Friday, February 2, 2007

How to Do It Without Ruining It For Others

So, the question came in "How do I work as a semi-professional photographer without ruining the livelihoods of those who do it full time?"

Boy, that's a responsible question. (seriously).

First, you must determine what your objective is. So, let's make a few assumptions.

1 - You really enjoy photography.
2 - You'd REALLY enjoy seeing your work published
3 - You might consider trading in your cube-job for a camera and satchel if you could afford it.

If you really enjoy photography, you'll first need to determine if you just love seeing the photos you took of the local landscape, or if you feel that you want to try to change the world with your revealing images from {insert location here.} Perhaps you enjoy revealing people's outward appearances in a way they've not seen themselves before, or maybe it's the solitude of the studio and still life that gives you peace.

Then, realize that, in order to be paid, you'll need to follow someone else's direction. This has the potential of diminishing your enjoyment just a little (but not always.) You may find that you have to follow directions you don't like, and, as noted in A Remarkable Photograph even the best of us are called upon to photograph things that are less than exciting. In the end, however, I would speculate that the person dabbling in photography would find that the worst day as a photographer is better than the best day riding the pine in a cube. (Don't get your hopes up though, it may well not be!)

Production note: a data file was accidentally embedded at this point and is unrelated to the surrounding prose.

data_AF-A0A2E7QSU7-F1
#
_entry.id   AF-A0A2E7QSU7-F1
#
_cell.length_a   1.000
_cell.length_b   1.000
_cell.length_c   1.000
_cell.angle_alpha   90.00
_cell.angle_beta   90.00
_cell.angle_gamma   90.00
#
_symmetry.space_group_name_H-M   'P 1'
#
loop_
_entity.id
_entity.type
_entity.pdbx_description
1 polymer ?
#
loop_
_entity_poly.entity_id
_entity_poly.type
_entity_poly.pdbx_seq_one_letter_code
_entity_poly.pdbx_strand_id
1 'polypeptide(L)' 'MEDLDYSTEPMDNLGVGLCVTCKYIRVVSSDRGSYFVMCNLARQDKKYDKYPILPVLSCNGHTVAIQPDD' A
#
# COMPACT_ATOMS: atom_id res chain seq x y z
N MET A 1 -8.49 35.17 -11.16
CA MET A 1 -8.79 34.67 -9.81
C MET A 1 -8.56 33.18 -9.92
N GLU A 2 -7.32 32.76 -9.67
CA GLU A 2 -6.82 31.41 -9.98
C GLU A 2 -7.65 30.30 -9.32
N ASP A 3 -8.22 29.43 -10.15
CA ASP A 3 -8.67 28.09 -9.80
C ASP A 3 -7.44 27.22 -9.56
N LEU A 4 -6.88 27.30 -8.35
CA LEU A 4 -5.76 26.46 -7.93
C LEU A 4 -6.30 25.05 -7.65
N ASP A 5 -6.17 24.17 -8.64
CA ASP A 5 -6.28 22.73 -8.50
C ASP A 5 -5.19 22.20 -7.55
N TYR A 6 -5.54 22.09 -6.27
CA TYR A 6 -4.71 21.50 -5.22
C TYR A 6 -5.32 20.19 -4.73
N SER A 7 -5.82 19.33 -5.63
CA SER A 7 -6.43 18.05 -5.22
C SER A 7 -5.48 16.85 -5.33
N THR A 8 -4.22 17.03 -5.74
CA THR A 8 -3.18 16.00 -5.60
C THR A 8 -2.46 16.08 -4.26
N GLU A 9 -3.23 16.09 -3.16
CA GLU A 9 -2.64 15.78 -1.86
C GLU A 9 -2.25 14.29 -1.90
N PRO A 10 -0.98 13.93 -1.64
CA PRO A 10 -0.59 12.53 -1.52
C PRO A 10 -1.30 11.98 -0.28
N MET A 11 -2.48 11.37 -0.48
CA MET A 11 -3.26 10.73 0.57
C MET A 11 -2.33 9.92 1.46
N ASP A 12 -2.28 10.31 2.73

Ok, so, here's where many folks run into trouble. They want to see their works published (hopefully with photo credit). This is really the impetus behind the problems with $1-stock photography, people who's enjoyment is derived from just seeing their work published. People with idle time and a digital camera are so eager for (supposedly) bragging rights and a split-second in any spotlight that they will sell their images for a true loss. They'd enjoy being able to walk into the shipping super's office while on break moving pallets in the warehouse to say to their boss "some day boss, I'm gonna be a photo-grapher. See here, I got one-a my there photographs in this magazine ad..says right here in the photo credit...oh, wait, the ad doesn't have a photo credit, well, boss, I tell ya, it's mine, and some day....". Fact is, that moment of excitement pretty much ensures a mindset that they're never going to be able to leave the warehouse and earn a living as a full time photographer.

The beauty of having a job that pays the bills is that you can choose clients that are paying you appropriately, and only when they are paying you appropriately. When I started out, everyone wanted everything for free (or cheap). I can tell you, as I noted earlier about eating top ramen (Starving Artist), it ain't easy starting out. But, consider this: If you have a job that is paying you $40k a year, that equates to about $150 a day ((40k/52)/5). Add in what you would have to charge to rent your digital camera, two lenses, and a flash (about $150), and you're near about $300 as a really really bottom end, which doesn't take anything else into consideration. Then, say to yourself that if you're really lucky, just starting out, you can do two assignments a month, or 24 a year. That then equates to about $1,650 a day, plus camera rental of $150, or about $1800, again, not considering much else expense wise. This means that when someone calls you and you have to take a day off from work (didn't you feel that sniffle coming on last night?) it's worth somewhere between $300-$1800, easy. And furthermore, since you don't have to take the job, you can afford to say no when they want to pay less, or want all rights. If you're not sure how to charge or what to charge, feel free to look at my pricing pages and charge as similarily as you'd like. You can use the language in the contracts, etc (just don't forget to change the name.)